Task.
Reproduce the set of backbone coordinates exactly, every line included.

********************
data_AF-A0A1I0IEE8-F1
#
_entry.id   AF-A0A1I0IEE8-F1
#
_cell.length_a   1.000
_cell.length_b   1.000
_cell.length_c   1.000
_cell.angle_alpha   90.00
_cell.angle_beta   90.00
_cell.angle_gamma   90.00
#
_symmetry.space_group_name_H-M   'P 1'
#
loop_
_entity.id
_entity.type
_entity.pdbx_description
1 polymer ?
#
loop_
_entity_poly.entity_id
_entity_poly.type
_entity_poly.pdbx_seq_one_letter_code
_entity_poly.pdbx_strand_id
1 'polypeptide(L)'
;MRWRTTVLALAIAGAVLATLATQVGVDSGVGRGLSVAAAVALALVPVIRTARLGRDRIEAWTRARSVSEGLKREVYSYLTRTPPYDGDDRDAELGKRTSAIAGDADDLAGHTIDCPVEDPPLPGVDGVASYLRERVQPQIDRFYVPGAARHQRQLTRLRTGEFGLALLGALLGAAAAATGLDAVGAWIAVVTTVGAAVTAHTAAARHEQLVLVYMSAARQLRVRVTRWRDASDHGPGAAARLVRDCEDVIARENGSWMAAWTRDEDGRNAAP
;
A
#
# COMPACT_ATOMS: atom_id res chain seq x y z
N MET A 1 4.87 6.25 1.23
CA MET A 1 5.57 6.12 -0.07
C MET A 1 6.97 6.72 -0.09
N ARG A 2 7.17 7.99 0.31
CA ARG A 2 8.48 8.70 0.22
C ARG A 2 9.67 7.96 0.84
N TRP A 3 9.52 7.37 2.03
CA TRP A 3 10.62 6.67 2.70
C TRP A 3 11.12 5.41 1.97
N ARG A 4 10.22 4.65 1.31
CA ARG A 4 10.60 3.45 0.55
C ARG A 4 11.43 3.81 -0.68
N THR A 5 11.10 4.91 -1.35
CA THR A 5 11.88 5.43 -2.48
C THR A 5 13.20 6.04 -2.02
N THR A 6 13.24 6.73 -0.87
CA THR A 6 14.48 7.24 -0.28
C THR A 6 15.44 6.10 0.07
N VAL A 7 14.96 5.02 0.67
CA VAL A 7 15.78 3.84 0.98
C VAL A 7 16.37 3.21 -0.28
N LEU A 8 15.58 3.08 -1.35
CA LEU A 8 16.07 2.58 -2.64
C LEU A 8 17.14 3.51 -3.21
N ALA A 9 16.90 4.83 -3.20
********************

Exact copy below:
data_AF-A0A1I0IEE8-F1
#
_entry.id   AF-A0A1I0IEE8-F1
#
_cell.length_a   1.000
_cell.length_b   1.000
_cell.length_c   1.000
_cell.angle_alpha   90.00
_cell.angle_beta   90.00
_cell.angle_gamma   90.00
#
_symmetry.space_group_name_H-M   'P 1'
#
loop_
_entity.id
_entity.type
_entity.pdbx_description
1 polymer ?
#
loop_
_entity_poly.entity_id
_entity_poly.type
_entity_poly.pdbx_seq_one_letter_code
_entity_poly.pdbx_strand_id
1 'polypeptide(L)'
;MRWRTTVLALAIAGAVLATLATQVGVDSGVGRGLSVAAAVALALVPVIRTARLGRDRIEAWTRARSVSEGLKREVYSYLTRTPPYDGDDRDAELGKRTSAIAGDADDLAGHTIDCPVEDPPLPGVDGVASYLRERVQPQIDRFYVPGAARHQRQLTRLRTGEFGLALLGALLGAAAAATGLDAVGAWIAVVTTVGAAVTAHTAAARHEQLVLVYMSAARQLRVRVTRWRDASDHGPGAAARLVRDCEDVIARENGSWMAAWTRDEDGRNAAP
;
A
#
# COMPACT_ATOMS: atom_id res chain seq x y z
N MET A 1 4.87 6.25 1.23
CA MET A 1 5.57 6.12 -0.07
C MET A 1 6.97 6.72 -0.09
N ARG A 2 7.17 7.99 0.31
CA ARG A 2 8.48 8.70 0.22
C ARG A 2 9.67 7.96 0.84
N TRP A 3 9.52 7.37 2.03
CA TRP A 3 10.62 6.67 2.70
C TRP A 3 11.12 5.41 1.97
N ARG A 4 10.22 4.65 1.31
CA ARG A 4 10.60 3.45 0.55
C ARG A 4 11.43 3.81 -0.68
N THR A 5 11.10 4.91 -1.35
CA THR A 5 11.88 5.43 -2.48
C THR A 5 13.20 6.04 -2.02
N THR A 6 13.24 6.73 -0.87
CA THR A 6 14.48 7.24 -0.28
C THR A 6 15.44 6.10 0.07
N VAL A 7 14.96 5.02 0.67
CA VAL A 7 15.78 3.84 0.98
C VAL A 7 16.37 3.21 -0.28
N LEU A 8 15.58 3.08 -1.35
CA LEU A 8 16.07 2.58 -2.64
C LEU A 8 17.14 3.51 -3.21
N ALA A 9 16.90 4.83 -3.20